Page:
A synthetic compound that was first produced almost 150 years ago and is commonly used as a blue dye may be an effective treatment for Alzheimer's disease, latest research suggests.
According to a study published in the latest edition of the German language Angewandte Chemie journal, methylene blue prevents the harmful grouping of tau proteins in the brain.
Researchers from Gottingen and Bonn have discovered the chemical deactivates parts of the molecules that bind them together. It has also been used as a treatment for malaria and to prevent urinary tract infections.
Professor Eckhard Mandelkow, who led the study, explained that tau proteins are important for regular brain function because they facilitate the movement of important elements between brain cells.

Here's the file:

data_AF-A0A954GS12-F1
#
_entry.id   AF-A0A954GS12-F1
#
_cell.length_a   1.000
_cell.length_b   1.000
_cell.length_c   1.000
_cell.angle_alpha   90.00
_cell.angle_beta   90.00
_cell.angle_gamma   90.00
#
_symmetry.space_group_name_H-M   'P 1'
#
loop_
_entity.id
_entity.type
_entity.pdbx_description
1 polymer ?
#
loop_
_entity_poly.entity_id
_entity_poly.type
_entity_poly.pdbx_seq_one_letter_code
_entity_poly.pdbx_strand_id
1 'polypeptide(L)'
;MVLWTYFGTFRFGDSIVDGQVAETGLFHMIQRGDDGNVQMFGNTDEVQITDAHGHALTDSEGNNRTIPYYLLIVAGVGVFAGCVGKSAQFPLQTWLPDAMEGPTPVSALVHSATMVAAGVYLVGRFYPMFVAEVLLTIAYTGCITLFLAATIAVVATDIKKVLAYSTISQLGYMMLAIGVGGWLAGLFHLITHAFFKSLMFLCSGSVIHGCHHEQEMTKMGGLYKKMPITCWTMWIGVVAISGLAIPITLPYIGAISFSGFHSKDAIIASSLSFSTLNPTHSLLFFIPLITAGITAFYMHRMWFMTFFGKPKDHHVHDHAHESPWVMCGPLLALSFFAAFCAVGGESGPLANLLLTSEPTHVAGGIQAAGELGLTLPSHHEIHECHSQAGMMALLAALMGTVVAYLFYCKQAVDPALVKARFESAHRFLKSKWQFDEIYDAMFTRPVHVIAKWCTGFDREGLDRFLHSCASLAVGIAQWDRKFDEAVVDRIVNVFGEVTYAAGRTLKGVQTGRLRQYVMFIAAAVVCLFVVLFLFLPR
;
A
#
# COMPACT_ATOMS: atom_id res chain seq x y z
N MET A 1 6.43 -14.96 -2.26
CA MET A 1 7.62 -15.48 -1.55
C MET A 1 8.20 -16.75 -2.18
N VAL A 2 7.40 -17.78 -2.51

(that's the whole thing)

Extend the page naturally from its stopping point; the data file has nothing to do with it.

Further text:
"However, in cases of Alzheimer's, they stop doing their job. The transport routes inside the cells break down, and supplies essential for the survival of the cells can no longer reach their destination," he explained.
Modified versions of methylene blue may now be produced to treat the condition.
Find out more about Alzheimer's disease care at Barchester homes.